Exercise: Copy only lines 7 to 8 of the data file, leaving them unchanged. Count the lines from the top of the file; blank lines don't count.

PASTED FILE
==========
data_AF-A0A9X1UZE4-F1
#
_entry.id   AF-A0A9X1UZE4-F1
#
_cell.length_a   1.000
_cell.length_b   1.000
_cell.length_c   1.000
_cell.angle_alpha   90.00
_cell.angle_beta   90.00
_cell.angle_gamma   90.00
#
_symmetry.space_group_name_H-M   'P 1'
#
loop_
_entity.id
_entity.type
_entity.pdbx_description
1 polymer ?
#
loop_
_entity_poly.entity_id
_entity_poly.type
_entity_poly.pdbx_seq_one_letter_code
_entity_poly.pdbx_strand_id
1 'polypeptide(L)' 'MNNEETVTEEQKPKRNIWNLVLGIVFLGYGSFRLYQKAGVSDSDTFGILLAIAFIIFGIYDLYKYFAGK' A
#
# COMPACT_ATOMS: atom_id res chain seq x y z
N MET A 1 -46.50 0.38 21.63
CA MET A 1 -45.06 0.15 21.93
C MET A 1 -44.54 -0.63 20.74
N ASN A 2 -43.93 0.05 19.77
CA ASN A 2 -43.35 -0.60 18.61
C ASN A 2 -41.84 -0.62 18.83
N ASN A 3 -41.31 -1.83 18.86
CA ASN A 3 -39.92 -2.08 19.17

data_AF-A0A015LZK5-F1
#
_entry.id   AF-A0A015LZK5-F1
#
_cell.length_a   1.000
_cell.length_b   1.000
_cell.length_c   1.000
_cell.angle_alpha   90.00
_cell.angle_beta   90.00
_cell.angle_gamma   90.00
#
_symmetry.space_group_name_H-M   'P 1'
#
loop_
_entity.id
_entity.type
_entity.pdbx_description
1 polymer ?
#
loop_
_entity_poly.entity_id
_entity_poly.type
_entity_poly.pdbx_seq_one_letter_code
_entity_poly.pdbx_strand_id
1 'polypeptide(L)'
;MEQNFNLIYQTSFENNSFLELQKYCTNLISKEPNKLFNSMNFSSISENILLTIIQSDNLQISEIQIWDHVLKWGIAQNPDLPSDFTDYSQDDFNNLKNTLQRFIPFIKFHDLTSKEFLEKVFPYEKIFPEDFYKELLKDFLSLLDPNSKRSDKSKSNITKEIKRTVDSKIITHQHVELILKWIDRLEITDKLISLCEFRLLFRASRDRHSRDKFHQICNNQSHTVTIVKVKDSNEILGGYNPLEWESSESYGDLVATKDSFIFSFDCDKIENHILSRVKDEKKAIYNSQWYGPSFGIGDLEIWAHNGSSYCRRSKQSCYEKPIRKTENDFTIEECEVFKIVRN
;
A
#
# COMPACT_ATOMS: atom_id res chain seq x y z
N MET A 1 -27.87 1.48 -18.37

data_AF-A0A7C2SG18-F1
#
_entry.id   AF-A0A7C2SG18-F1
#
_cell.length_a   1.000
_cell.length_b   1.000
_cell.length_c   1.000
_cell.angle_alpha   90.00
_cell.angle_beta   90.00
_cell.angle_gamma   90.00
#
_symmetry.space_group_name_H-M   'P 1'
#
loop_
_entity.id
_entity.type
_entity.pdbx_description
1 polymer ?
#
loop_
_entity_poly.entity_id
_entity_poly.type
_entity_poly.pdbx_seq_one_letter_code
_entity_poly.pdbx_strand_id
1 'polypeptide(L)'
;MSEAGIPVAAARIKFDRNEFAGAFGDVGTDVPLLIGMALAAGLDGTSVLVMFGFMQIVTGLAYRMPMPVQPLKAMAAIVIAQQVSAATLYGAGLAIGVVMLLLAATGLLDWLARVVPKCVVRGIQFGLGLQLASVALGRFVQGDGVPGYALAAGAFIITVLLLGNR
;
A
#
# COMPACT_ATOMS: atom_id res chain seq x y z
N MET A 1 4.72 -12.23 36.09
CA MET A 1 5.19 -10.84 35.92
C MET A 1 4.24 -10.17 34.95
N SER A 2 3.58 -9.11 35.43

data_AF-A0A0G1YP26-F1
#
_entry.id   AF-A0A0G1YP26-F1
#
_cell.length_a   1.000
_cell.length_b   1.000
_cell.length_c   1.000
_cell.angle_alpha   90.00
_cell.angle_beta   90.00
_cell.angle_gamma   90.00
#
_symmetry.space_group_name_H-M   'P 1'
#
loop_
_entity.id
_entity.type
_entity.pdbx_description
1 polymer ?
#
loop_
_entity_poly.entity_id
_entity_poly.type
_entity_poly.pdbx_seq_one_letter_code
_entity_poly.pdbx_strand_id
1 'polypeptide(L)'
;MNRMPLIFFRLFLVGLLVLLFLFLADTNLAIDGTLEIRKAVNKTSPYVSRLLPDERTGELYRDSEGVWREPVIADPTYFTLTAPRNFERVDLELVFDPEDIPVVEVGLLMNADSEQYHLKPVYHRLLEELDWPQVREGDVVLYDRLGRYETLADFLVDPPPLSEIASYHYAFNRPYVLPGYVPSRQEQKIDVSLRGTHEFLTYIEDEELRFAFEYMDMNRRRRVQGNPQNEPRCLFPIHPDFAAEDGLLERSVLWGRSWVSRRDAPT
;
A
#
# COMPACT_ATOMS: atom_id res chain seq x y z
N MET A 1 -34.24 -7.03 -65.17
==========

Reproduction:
_cell.length_c   1.000
_cell.angle_alpha   90.00